The next generation of leaders in nuclear science have travelled from all corners of the globe to converge on Sydney this week as part of this year’s International Youth Nuclear Congress (IYNC).
The IYNC is one of the world’s leading international nuclear science events that encourages future leaders in the nuclear industry to explore and promote all that nuclear science and technology can offer.
Sponsored by ANSTO and National Energy Resources Australia (NERA), this year’s conference, attracting 250 young scientists, is focusing on diversity in nuclear science, which looks at gender, culture, education, experience and geography.
Kicking off the congress this morning, ANSTO CEO Dr Adi Paterson said embracing and championing diversity both within and outside of organisations was key to seeing real and sustained change in the nuclear industry.
“At ANSTO, we understand that diverse teams produce better outcomes – and we value the merit that a diverse perspective can bring to the quality and outcomes of our work, and the way we get the job done,” Dr Paterson said.
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“We may be biased in saying that Sydney is one of the most beautiful places on the planet to host this year’s IYNC, but we are thrilled to welcome our international colleagues to come together, engage and support youth within the nuclear industry.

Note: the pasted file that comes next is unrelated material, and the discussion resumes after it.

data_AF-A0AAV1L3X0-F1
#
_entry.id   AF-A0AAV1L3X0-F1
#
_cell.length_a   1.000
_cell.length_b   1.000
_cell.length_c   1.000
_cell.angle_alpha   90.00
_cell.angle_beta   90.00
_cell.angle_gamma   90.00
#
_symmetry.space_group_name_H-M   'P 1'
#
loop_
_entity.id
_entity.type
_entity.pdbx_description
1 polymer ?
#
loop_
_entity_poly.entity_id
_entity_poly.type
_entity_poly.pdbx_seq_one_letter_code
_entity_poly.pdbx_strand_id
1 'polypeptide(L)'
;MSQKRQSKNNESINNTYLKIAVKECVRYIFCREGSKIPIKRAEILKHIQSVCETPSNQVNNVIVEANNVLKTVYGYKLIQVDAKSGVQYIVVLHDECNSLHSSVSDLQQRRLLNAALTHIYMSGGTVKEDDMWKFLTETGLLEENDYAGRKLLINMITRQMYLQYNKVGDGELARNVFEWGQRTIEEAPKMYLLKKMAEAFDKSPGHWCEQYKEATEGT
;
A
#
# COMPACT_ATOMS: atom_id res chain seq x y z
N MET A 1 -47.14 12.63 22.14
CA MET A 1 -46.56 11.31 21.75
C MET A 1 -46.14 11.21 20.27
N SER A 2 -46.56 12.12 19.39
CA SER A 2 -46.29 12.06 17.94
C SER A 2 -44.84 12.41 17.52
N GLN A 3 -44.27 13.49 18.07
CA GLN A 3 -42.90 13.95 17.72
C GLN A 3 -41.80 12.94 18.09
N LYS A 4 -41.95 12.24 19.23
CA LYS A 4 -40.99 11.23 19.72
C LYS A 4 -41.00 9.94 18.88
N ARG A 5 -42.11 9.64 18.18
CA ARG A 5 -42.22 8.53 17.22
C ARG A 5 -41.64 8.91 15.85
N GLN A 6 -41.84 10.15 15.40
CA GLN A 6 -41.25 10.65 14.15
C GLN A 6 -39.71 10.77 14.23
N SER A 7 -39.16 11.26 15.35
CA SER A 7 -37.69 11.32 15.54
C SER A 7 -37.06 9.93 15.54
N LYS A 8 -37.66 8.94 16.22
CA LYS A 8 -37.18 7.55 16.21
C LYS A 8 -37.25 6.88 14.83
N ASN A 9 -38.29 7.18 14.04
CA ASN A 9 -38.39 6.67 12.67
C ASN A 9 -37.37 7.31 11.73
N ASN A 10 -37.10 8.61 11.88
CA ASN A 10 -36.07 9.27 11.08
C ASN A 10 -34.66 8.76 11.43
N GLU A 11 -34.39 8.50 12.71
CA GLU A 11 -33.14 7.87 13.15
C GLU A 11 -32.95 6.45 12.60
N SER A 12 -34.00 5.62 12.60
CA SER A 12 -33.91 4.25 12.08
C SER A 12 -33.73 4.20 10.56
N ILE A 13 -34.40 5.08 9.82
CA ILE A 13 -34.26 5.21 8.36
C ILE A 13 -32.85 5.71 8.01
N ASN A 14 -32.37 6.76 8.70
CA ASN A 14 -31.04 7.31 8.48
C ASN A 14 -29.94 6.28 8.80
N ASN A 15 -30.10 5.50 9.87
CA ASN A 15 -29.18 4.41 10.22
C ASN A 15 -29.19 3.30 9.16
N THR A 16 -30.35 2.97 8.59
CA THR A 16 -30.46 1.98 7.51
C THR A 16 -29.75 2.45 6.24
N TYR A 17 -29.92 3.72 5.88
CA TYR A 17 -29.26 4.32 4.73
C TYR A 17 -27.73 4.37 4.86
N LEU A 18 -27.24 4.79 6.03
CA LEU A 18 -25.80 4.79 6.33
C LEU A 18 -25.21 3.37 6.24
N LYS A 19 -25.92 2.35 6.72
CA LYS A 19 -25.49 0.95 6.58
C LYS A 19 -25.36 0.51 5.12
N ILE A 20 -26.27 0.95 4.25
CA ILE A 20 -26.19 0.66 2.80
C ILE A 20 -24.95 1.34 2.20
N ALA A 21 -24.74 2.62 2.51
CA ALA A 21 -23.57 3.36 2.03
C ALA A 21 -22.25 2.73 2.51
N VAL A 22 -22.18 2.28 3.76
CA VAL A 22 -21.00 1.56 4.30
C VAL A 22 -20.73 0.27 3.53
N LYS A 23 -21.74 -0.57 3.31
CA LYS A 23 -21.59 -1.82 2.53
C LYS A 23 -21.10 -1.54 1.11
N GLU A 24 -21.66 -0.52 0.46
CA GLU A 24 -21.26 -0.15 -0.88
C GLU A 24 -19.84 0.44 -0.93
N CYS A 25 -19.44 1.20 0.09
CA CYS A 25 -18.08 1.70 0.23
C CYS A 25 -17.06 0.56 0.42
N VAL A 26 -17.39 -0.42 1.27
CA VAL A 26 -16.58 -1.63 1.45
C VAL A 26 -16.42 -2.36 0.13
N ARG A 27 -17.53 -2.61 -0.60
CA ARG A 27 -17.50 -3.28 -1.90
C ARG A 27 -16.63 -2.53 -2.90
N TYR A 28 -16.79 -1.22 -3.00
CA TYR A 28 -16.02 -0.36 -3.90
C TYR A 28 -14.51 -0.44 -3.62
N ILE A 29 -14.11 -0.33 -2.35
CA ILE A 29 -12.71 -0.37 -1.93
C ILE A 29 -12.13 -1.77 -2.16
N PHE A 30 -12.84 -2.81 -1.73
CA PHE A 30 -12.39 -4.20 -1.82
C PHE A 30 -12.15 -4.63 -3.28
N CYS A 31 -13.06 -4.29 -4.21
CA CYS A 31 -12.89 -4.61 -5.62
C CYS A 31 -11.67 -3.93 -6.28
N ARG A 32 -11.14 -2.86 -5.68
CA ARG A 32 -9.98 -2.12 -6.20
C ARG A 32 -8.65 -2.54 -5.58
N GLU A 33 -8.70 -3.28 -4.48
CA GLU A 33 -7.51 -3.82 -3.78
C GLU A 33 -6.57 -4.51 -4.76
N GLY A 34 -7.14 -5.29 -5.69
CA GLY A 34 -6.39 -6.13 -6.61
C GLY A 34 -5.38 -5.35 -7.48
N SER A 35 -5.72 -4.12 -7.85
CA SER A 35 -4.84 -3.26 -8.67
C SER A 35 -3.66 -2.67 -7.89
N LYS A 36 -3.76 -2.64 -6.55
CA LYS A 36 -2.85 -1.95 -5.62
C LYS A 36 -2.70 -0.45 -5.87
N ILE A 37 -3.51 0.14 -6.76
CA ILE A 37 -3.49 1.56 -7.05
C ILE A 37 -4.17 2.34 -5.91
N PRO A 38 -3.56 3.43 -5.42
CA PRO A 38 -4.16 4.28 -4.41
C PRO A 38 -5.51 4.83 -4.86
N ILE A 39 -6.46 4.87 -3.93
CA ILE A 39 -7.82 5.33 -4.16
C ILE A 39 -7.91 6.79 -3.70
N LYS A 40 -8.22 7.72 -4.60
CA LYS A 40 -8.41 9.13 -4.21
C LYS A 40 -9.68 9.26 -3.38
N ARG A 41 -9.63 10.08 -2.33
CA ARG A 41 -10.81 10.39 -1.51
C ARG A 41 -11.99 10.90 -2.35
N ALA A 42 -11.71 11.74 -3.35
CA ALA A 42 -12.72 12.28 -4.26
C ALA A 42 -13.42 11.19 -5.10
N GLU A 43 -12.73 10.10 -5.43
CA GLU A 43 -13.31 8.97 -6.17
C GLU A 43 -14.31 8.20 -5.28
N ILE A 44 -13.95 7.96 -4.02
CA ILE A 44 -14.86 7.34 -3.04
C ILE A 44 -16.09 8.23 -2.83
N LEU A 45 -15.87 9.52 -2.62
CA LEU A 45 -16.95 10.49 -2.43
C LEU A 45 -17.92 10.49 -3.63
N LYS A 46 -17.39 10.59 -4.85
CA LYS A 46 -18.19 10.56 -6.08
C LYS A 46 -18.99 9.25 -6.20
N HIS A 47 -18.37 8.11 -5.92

“This year’s theme of Diversity in Nuclear reflects a commitment to promoting gender equity and addressing diversity issues within our industry – for the betterment of everyday Aussies here, and for people all around the world.
“This year’s conference comes at a pivotal time where nuclear power is being heavily debated here in Australia as an option in the future energy mix.
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“So now, more than ever, it’s important we take the time to gather the next generation’s brightest as we consider the role we might play in viable energy technologies and achieving a cleaner energy future,” he said.
NERA CEO Miranda Taylor believes a strong domestic nuclear technology industry can provide cross-sectorial benefits creating value and employment opportunities across the economy.
“By supporting the IYNC, we hope to engage young Australians in the field of nuclear science, develop capabilities in leadership across the supply chain, identify the critical skills gap that can take our industry to the next level of development and assist the industry to grow collaboration and innovation both nationally and internationally,” she said.
This year will mark the first time that the IYNC is hosted in Australia, following a successful bid by the Australian Young Generation in Nuclear (AusYGN) and financial commitments from both ANSTO and NERA (National Energy Resources Australia).